Combined, the three west African countries produce around 28,000 tonnes of plastic waste from packaged drinking water per year, the researchers found. "This has significant environmental implications," said Nicola Wardrop from the University of Southampton, UK.

As waste collection and disposal facilities are limited, much of this plastic ends up back in the environment. In Nigeria alone, nearly 5000 tonnes of plastic water sachets are dumped in unauthorised heaps each year, the study suggests. In Ghana and Liberia, some plastic waste is burned – a concern for both the environment and public health.

Ghana is the biggest consumer of packaged water, with 11.3 million litres bought each day, the team estimated. To cut such consumption, governments could invest in drinking-water supply to households. This would ensure safe water provision and the best outlook for the environment, but Wardrop and colleagues stress that this can’t be implemented fast enough to deal with the waste. Instead, they believe, the focus should be on improving waste collection routes, as they will immediately reduce the impact of plastics on the environment.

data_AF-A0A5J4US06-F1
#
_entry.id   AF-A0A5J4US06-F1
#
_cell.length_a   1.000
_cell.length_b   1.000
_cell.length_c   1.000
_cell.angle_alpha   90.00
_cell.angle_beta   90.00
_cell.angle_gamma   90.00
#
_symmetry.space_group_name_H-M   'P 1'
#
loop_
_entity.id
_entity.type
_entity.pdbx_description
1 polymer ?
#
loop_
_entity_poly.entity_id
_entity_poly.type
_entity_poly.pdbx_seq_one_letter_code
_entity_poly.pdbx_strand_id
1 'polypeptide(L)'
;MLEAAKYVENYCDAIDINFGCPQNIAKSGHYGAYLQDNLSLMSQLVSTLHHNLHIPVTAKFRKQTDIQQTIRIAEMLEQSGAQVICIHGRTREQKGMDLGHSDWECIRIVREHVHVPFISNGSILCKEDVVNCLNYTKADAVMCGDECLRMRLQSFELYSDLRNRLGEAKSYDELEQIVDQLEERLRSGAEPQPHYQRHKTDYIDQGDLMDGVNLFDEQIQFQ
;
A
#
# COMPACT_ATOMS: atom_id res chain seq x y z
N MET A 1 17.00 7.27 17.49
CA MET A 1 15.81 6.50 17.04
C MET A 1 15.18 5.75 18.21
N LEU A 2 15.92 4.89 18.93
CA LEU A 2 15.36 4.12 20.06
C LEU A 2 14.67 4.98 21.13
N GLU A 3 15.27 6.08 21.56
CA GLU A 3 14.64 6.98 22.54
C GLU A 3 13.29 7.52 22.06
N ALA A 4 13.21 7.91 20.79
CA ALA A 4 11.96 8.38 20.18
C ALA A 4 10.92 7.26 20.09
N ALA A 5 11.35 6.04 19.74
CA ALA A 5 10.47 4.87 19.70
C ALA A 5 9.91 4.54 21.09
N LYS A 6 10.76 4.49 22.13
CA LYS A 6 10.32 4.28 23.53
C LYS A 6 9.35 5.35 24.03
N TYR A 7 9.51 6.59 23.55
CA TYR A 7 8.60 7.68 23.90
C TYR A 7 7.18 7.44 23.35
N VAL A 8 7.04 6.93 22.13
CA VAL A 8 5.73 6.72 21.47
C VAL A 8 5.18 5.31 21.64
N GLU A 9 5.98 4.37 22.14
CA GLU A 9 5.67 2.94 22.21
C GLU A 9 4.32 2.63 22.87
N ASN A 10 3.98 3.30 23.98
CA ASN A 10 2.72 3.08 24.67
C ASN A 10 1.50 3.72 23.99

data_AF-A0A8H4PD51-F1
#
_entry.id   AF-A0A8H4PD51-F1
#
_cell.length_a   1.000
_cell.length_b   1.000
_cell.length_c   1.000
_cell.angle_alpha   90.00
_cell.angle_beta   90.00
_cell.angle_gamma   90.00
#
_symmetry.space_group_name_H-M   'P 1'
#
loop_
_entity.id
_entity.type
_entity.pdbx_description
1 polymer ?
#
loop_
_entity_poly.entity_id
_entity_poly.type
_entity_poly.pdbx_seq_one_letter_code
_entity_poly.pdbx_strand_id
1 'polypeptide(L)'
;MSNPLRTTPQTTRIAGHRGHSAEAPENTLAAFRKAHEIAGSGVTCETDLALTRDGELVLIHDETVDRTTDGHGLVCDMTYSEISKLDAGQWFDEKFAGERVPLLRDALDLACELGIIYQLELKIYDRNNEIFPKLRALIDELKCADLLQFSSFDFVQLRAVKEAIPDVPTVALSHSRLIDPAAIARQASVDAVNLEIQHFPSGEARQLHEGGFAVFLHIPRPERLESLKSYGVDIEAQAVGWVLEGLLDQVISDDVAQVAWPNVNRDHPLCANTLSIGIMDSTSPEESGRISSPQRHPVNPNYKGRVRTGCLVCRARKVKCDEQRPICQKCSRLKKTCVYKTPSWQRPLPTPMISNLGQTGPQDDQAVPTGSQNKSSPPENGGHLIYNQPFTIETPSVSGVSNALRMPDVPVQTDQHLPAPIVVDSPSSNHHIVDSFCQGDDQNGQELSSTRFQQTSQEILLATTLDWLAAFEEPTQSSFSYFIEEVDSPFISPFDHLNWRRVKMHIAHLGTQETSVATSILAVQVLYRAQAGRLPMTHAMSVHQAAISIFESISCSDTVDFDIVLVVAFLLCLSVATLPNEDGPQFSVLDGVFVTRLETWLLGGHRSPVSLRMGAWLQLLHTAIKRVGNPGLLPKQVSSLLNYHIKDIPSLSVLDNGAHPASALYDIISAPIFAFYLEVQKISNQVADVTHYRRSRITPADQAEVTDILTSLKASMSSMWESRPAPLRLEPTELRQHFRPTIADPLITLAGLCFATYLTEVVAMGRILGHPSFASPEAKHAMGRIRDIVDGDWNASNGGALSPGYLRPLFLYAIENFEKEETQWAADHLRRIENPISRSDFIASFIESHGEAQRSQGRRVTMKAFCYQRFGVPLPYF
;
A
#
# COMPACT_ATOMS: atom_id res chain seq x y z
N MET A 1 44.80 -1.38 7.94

"The results really highlight the joint impact of sachet consumption and lack of recycling services," said Wardrop. 

Currently, demand for waste disposal far exceeds supply, with 63% of Nigerian households, 57% of Liberian households and 20% of those in Ghana lacking formal waste-disposal facilities, let alone a means of recycling the waste. Grass-roots initiatives are tackling some of the shortfalls. With the help of these and private companies, governments could better tackle plastic pollution.

At nearly 150 litres, the amount of packaged water consumed per head each year in Ghana is comparable with levels in the US, where there is access to ample safe water on tap. Levels in Liberia (31 litres) are similar to those in the UK.

Wardrop and colleagues reported their findings in Environmental Research Letters (ERL).